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One of the most exciting ways to get an ant farm underway is to start with a colony at the very beginning of the ant colony life cycle, when the colony contains just one kind of ant, the queen. New colonies get their start when winged queen and male ants fly out of mature colonies and mate. The image on the left, taken by Alex Wild, shows queens in flight.
But how do these winged ants know when to fly out of the nest to find a new mate? Depending on where they are found, they can rely on different kinds of information, including the day length, temperature, and rainfall. So the biggest trick is usually to have a good idea of when-what time of year and what time of the day-to look for them. Also keep in mind that you’re most likely to find them in an area that already has a lot of ant colonies present.
In places like Arizona, some ants will start new nests in the springtime, sometime between March and May, depending on the ant species and the temperature. Other ants will wait until the summer monsoon rains have rained enough to drench the soil and make it easier to dig a new nest. So getting the timing just right to find queens that are starting new nests can be kind of like winning the lottery-you have to be patient and persistent and willing to wait until conditions are just right.
A good way to know if your chances of finding a queen are good is to go over and take a look at what’s going on in some big, mature colonies. Before the queens and males leave the nest to mate, they will usually hang out around the entrance of their parent colony for a little while, deciding if the weather is just right for some flying. If you see winged queens and males in a colony about to take off from the nest, you will probably start to see mated and now wingless queens running around sometime shortly after that.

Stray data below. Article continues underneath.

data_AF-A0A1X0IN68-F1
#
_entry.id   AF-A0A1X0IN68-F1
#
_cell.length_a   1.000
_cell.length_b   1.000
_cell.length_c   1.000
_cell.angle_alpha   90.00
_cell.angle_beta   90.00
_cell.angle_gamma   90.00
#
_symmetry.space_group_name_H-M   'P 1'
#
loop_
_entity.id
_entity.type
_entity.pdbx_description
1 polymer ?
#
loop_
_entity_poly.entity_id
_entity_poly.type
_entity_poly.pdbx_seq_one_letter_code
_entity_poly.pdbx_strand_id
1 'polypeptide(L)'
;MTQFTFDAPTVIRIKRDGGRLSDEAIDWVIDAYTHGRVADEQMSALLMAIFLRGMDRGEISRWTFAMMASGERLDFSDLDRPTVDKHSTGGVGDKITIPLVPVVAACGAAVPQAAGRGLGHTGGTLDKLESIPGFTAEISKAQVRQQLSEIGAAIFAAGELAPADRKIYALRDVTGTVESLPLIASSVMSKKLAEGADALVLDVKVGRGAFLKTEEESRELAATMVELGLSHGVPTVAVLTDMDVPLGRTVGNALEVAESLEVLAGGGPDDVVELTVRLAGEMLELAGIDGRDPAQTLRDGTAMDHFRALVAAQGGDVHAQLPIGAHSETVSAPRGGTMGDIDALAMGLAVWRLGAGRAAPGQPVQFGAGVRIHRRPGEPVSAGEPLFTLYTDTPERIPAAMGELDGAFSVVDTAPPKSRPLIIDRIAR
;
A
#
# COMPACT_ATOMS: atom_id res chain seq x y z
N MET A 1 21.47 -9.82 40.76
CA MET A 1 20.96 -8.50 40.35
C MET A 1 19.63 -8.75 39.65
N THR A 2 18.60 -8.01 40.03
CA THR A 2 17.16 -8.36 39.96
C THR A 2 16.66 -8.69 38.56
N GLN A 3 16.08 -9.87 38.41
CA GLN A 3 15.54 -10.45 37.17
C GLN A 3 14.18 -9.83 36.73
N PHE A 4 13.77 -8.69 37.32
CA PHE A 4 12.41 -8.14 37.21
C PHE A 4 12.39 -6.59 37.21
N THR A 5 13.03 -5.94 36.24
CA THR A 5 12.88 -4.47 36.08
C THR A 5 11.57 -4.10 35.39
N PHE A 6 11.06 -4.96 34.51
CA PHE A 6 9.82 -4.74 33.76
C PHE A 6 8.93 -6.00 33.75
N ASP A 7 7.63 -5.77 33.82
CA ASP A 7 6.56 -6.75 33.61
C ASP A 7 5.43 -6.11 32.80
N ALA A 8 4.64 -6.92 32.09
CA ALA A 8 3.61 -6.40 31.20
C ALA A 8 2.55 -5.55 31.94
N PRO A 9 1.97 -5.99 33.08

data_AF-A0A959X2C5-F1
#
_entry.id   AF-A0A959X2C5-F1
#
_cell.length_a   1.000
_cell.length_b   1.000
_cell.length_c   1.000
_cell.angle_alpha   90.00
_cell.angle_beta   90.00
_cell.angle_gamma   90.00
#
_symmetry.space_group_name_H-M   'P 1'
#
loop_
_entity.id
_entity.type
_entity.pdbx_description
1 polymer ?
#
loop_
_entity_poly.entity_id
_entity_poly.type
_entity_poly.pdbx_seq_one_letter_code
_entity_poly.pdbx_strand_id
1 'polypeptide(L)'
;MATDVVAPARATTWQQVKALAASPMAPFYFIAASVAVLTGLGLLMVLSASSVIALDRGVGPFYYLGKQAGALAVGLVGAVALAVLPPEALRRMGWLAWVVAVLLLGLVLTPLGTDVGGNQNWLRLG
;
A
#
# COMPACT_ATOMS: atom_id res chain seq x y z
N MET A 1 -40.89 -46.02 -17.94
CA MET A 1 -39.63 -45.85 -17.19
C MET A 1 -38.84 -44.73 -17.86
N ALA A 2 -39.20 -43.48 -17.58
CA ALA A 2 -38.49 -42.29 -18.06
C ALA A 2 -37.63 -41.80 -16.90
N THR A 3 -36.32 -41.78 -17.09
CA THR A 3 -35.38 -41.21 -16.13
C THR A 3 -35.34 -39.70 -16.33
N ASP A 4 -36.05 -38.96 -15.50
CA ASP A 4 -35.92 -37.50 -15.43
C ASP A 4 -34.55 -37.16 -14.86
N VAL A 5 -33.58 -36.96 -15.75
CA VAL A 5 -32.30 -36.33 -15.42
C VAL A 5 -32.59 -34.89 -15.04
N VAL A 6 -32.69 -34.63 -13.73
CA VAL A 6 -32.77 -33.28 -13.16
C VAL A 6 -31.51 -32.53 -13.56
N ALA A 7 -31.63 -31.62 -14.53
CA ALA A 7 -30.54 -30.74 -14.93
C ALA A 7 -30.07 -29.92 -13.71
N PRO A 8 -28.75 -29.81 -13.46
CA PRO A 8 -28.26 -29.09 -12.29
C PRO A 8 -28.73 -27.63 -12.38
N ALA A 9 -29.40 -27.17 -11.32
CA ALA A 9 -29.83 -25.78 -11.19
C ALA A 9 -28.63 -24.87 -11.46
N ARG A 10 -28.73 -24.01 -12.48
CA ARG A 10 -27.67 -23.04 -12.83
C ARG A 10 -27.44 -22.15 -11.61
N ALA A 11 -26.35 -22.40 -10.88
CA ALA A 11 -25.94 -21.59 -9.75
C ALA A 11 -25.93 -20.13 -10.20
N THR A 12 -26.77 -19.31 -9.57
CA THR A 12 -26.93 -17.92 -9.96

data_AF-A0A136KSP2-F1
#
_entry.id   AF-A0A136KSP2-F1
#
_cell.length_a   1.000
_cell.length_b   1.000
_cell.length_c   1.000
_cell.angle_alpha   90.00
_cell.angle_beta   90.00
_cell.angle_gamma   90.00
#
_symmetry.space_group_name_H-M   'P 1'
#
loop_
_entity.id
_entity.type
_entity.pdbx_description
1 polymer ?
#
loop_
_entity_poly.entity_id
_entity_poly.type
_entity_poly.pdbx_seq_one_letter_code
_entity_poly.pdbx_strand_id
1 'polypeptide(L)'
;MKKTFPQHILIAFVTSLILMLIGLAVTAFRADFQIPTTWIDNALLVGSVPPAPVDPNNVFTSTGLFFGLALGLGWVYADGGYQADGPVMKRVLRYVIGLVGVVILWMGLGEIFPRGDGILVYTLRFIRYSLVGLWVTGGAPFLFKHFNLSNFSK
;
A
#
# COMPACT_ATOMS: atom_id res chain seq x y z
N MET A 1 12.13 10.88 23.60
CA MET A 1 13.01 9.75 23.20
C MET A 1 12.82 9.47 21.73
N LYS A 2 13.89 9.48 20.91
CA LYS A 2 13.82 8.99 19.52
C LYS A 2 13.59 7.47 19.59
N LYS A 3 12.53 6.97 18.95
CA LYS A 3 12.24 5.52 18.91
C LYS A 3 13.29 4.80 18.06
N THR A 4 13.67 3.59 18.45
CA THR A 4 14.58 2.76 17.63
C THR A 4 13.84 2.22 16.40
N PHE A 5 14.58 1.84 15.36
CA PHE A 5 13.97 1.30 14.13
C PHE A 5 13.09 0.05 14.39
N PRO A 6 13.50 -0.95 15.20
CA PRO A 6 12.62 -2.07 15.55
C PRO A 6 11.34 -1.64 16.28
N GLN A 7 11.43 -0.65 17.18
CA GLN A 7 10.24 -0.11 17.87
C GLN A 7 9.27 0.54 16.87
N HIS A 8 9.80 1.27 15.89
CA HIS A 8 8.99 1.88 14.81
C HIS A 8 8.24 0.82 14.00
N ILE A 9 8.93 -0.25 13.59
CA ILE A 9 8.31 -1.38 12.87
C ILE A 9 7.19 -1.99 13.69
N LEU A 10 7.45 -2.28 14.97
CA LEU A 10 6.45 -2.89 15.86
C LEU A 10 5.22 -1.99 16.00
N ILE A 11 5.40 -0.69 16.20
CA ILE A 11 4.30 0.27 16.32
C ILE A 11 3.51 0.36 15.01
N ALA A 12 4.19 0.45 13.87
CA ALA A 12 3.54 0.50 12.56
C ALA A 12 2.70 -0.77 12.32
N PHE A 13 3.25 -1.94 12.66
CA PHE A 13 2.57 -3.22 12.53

Queens that have just mated and are looking for a place to start a new nest resemble tourists that are lost in a big city, running around, taking wrong turns, getting into arguments, and poking their heads into cracks in the ground as they look for just the right spot to dig their new home. Some newly mated queens will still have their wings attached, but most will tear them off pretty quickly as they start to look around because wings make the queens an easy target for predators to find.
In contrast to the queens, worker ants look more like people on their way to work and school, traveling along straight trails in a purposeful fashion as they go about their regular business of collecting food for their colonies.
While a queen is busy looking around, it’s pretty easy to reach down and pick her up gently between your fingers, being careful to hold her firmly but not crush her. With a little bit of practice, you can even get good at just grasping her by the legs. If you are lucky enough to spot more than one queen, pick up as many as you can collect, because not every queen will be able to get a new nest started.
Queens can be kept in a small container such as a film canister for a little while. Just make sure they have plenty of water, which you can provide by giving them a soaked cotton ball. They will be hard to watch, though, so you could also build an ant farm to be able to see what’s going on. Just be sure to collect up several cups of the soil from the place where you collected the queens.
If you’re just a little bit too late to collect queens while they’re still running around, it is still possible to collect them as they start to dig a new nest because they won’t be very deep underground. Start out by looking around for a small hole in the ground that is surrounded by a little heap of fresh dirt.
Use a hand shovel to dig up the dirt around the hole, and use your hand to fan it out across the surface of the ground.
If the hole contained a queen, she will usually try to scramble free of the dirt to escape.
Not every hole will contain a queen, so keep trying if you don’t succeed at first. Besides, you might find some other cool surprises as you dig! Just be careful to fill in the holes that you have dug when you are finished.
Rebecca Clark. (2009, November 02). Collecting Queen Ants. ASU - Ask A Biologist. Retrieved January 25, 2020 from https://askabiologist.asu.edu/collecting-queen-ants
Rebecca Clark. "Collecting Queen Ants". ASU - Ask A Biologist. 02 November, 2009. https://askabiologist.asu.edu/collecting-queen-ants
Rebecca Clark. "Collecting Queen Ants". ASU - Ask A Biologist. 02 Nov 2009. ASU - Ask A Biologist, Web. 25 Jan 2020. https://askabiologist.asu.edu/collecting-queen-ants